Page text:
@artists and manippers who put tattoos on your characters

mayalaen:

Please turn the opacity of the tattoo layer down just a little – even 95% will help it look more real.

Tattoos don’t stay on top of the skin. The ink is pushed via needles through the epidermis (outer layers) and into the dermis layers (on top of the subcutaneous layers), and once it heals, what you’re actually seeing is the tattoo THROUGH the epidermis layers of skin.

That’s why tattoos, once they’re healed, don’t look like they’re painted on the skin, and if you’re creating art or doing a manip where your character’s tattoos are 100% opacity, they won’t look real.

Tattoo artists also take advantage of a client’s skin tone, so if the client’s skin is a color close to what they need in any given area, they leave it open to “breathe” without any ink. Using this in your art and manips will make tattoos appear more realistic too.

If you’re creating an elderly character with old tattoos, don’t blend the colors as much, don’t use white (white has only worked well in the last 10-15 years after new formulas were created), turn the opacity down even more, and use a little bit of blur on the tattoo layer. Don’t forget that skin wrinkles as a person ages, and the tattooed areas are no exception to this.

If the tattoo is more than 60 years old, ONLY USE RED, BLACK, AND MUSTARD-ISH YELLOW. If you need references for the shades of red and yellow, look up “American Traditional tattoos” and “traditional Polynesian tattoos” and “traditional Japanese tattoos” in Google Image Search.

@artists and manippers who put tattoos on your characters

Please turn the opacity of the tattoo layer down just a little – even 95% will help it look more real.

Tattoos don’t stay on top of the skin. The ink is pushed via needles through the epidermis (outer layers) and into the dermis layers (on top of the subcutaneous layers), and once it heals, what you’re actually seeing is the tattoo THROUGH the epidermis layers of skin.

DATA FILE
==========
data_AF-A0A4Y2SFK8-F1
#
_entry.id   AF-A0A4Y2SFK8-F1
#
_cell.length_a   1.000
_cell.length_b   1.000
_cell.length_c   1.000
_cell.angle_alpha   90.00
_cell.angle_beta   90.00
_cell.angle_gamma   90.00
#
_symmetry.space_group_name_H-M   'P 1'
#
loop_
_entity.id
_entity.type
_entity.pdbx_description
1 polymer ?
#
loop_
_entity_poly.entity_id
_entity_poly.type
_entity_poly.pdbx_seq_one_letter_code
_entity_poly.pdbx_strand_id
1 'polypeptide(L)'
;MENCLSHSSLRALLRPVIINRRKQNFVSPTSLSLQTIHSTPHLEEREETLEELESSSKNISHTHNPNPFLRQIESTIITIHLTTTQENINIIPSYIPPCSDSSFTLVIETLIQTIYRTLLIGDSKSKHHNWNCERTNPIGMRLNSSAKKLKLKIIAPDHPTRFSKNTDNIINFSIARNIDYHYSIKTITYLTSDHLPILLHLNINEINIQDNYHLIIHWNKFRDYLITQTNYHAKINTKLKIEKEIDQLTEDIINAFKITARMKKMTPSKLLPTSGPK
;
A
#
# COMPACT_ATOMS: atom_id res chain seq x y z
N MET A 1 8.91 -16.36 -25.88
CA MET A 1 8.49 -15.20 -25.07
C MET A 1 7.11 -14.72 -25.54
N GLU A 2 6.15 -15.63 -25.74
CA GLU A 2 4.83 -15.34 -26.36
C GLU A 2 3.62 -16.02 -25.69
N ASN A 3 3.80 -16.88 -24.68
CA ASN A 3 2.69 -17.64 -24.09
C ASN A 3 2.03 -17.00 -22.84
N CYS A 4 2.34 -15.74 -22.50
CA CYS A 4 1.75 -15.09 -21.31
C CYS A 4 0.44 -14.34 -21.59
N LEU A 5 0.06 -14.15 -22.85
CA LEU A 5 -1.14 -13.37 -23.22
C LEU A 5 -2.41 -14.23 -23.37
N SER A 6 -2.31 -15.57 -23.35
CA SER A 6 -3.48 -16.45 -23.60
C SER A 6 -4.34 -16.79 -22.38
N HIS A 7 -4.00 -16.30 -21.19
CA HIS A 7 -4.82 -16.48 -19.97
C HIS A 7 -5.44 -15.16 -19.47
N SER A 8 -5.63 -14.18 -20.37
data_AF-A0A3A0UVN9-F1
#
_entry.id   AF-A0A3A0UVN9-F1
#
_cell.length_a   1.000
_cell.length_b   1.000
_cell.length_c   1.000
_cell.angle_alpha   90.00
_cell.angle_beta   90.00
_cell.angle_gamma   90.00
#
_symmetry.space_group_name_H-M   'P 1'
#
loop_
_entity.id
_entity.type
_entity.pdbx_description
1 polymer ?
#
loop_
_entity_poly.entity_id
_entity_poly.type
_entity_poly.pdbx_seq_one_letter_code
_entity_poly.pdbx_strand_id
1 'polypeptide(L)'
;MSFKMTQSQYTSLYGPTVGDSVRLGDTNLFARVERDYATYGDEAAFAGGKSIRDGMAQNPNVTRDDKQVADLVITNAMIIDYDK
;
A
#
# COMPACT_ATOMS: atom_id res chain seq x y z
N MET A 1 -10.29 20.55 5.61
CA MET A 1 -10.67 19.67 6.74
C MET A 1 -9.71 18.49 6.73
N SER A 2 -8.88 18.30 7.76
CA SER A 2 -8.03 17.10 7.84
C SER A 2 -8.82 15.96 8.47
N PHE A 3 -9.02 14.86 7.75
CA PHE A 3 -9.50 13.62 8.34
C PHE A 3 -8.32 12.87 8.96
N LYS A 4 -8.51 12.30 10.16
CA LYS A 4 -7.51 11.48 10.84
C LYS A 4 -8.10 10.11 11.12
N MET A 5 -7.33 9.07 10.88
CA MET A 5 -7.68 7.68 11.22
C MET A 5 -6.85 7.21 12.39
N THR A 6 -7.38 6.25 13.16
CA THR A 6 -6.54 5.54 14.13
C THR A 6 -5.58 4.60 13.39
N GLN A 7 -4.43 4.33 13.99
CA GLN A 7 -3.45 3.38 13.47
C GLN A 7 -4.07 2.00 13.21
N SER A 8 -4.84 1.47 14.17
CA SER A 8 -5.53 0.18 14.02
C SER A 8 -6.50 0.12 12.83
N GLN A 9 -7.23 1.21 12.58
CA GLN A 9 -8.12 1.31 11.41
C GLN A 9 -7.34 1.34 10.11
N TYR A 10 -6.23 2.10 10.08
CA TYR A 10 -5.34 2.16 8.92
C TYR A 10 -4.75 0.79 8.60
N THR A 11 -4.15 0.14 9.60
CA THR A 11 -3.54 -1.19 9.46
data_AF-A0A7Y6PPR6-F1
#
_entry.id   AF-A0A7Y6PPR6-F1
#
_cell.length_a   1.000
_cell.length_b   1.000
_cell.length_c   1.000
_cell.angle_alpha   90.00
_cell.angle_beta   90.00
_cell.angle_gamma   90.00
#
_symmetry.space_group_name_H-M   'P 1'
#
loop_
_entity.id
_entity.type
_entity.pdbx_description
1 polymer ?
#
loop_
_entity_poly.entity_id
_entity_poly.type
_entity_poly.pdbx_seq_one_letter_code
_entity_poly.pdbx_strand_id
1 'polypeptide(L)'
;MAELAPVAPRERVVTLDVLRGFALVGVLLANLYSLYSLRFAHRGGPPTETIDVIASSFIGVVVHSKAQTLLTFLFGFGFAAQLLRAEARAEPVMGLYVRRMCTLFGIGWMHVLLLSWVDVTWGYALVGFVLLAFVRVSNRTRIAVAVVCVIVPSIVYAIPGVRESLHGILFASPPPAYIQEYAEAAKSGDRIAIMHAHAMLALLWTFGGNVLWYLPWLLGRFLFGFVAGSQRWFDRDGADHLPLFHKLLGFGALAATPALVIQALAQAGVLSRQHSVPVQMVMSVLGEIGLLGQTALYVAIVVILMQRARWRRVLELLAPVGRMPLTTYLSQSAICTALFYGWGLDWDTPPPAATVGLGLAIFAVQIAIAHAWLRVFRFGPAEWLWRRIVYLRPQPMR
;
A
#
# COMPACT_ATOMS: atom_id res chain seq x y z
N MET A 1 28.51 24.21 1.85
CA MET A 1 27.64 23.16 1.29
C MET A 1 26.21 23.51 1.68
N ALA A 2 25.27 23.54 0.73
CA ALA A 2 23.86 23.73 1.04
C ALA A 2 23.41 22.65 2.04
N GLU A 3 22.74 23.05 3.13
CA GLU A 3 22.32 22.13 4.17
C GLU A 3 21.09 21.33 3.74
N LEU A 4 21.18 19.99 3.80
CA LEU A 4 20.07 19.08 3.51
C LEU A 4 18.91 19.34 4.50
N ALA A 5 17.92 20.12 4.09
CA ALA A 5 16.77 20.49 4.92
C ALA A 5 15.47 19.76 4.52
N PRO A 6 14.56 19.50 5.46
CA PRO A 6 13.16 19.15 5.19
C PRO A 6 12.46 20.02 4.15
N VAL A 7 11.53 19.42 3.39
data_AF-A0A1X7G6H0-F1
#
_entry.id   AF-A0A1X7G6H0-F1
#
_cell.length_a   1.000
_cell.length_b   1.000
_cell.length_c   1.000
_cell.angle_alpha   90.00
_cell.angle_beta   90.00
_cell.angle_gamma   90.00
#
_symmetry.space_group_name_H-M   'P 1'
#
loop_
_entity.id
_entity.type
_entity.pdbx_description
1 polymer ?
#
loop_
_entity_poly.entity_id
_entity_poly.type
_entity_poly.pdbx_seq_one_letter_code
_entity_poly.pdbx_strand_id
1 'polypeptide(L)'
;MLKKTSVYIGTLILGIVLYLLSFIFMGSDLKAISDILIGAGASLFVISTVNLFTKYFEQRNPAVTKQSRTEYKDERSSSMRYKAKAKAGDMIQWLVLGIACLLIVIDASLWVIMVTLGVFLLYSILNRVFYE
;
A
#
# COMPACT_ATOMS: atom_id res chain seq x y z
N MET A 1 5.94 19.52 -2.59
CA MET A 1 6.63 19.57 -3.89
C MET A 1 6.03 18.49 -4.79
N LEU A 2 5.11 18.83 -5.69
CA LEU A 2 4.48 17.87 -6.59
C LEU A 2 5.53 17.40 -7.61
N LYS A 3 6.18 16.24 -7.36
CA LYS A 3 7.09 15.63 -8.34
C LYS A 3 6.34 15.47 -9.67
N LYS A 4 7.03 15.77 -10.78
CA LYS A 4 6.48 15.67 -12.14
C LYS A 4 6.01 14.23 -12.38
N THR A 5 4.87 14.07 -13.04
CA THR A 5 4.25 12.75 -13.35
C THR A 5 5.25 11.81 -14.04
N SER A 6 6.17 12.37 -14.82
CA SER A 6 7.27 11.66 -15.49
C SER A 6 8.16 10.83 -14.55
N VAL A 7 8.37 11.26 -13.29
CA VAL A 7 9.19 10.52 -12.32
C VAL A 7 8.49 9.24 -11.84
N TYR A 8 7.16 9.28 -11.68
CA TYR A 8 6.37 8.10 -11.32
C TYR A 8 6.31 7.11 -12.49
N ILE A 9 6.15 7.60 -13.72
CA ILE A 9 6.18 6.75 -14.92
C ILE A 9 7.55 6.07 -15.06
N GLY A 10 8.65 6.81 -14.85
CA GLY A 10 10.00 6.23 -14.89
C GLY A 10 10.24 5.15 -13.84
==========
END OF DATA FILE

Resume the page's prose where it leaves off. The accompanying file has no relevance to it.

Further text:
That’s why tattoos, once they’re healed, don’t look like they’re painted on the skin, and if you’re creating art or doing a manip where your character’s tattoos are 100% opacity, they won’t look real.

Tattoo artists also take advantage of a client’s skin tone, so if the client’s skin is a color close to what they need in any given area, they leave it open to “breathe” without any ink. Using this in your art and manips will make tattoos appear more realistic too.

If you’re creating an elderly character with old tattoos, don’t blend the colors as much, don’t use white (white has only worked well in the last 10-15 years after new formulas were created), turn the opacity down even more, and use a little bit of blur on the tattoo layer. Don’t forget that skin wrinkles as a person ages, and the tattooed areas are no exception to this.

If the tattoo is more than 60 years old, ONLY USE RED, BLACK, AND MUSTARD-ISH YELLOW. If you need references for the shades of red and yellow, look up “American Traditional tattoos” and “traditional Polynesian tattoos” and “traditional Japanese tattoos” in Google Image Search.